Alabama Attorney General Charles Graddick, who said he feared that his narrow victory Tuesday over Lt. Gov. Bill Baxley in the runoff for the Democratic gubernatorial nomination might be "stolen overnight," ordered all ballots, voting machines and poll lists impounded in 36 of the state's 67 counties.

Baxley refused to concede until completion of the official vote canvass, which might take several days, but pledged to support Graddick and the rest of the ticket if the count holds up. With all but 36 of 4,230 precincts reporting, Graddick had 460,451 votes, 51 percent, to 451,284 for Baxley in one of the closest races in Alabama history.

Jim Folsom Jr., son of former governor James E. (Big Jim) Folsom, defeated state Sen. John Teague for the Democratic nomination for lieutenant governor. George C. Wallace Jr., son of retiring Gov. George C. Wallace, edged Jim (Watchdog) Ziegler for the nomination for state treasurer. Former circuit judge Claude Harris beat District Attorney Billy Hill of Montevallo in the Democratic runoff for the House seat of Rep. Richard C. Shelby, who is running for the Senate.

In South Carolina, former representative Mendel Davis, a 10-year veteran who retired in 1980 and was attempting a comeback, lost the runoff for the Democratic nomination for his old district to James Stuckey, a Charleston County councilman. Babbitt's Fence-Mending Back in 1983, Arizona Gov. Bruce Babbitt, a Democratic presidential aspirant today, got a major black eye with organized labor by calling out the National Guard to assist the Phelps Dodge Co. in the bitter copper strike that ended with union members being permanently replaced.

But with his sights on 1988, Babbitt has tried to mend fences by helping to mediate a settlement between 14 unions and Newmont Mining Corp., parent firm of two major Arizona mines.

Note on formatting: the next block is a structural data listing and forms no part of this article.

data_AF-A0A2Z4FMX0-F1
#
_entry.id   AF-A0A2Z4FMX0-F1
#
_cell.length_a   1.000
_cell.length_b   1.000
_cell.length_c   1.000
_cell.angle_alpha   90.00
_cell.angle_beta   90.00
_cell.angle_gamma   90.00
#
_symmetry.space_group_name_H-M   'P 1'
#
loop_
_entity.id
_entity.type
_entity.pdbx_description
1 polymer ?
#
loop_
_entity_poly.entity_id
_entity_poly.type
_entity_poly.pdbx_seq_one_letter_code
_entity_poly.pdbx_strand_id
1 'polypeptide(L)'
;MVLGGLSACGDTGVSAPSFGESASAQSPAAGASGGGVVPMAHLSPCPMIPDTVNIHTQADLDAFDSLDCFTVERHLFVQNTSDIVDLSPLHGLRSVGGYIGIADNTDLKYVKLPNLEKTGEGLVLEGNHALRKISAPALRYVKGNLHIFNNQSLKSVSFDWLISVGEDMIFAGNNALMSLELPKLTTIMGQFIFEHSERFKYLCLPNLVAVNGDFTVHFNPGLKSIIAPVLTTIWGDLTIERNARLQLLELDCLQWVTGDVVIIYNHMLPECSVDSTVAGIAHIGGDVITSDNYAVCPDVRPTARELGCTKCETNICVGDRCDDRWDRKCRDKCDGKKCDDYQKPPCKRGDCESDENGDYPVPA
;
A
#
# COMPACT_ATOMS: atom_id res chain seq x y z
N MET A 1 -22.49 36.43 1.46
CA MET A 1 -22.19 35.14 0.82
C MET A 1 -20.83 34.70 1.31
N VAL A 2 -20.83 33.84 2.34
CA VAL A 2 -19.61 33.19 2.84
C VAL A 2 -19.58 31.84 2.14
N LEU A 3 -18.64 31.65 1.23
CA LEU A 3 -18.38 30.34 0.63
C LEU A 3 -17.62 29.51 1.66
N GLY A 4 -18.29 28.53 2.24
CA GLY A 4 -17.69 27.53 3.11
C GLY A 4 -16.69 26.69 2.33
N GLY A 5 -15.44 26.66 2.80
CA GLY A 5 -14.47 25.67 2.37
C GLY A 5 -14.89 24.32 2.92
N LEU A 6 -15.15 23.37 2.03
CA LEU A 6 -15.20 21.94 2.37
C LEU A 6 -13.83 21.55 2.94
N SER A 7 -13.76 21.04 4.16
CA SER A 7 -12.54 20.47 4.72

Babbitt went to Pittsburgh recently to meet with Lynn Williams, president of the United Steelworkers of America, and Babbitt's office announced the tentative Newmont agreement before the union did.

After company and union negotiators reached a stalement Sunday, "Babbitt called the union, and he called the company, and he came down to Tucson and shuttled between the two sides, helping write contract language that brought about a settlement," a union source said.

"Babbitt's doing our PR for us now," said a Steelworkers spokesman. "He is seeking to repair some bridges that he blew up himself a couple years ago."

Babbitt's mediation services may be in further demand because Kennecott Copper and two other Arizona firms still must settle with the unions. Polls: The latest poll on the Georgia Democratic Senate primary shows Rep. Wyche Fowler Jr. and Hamilton Jordan, White House chief of staff in the Carter administration, about even but with a large number of voters undecided. The poll, by station WAGA-TV of Atlanta, shows Fowler with 25 percent, Jordan with 24 percent and state Rep. John D. Russell, the nephew of the late senator Richard B. Russell, with 5 percent. There were 44 percent undecided with minor candidates accounting for the rest.

Fowler, whose House district includes most of Atlanta, led Jordan in the city by 48 percent to 19 percent with 28 percent undecided, but Jordan leads in the rest of the state, 29 percent to 18 percent with 45 percent undecided.I -- James R. Dickenson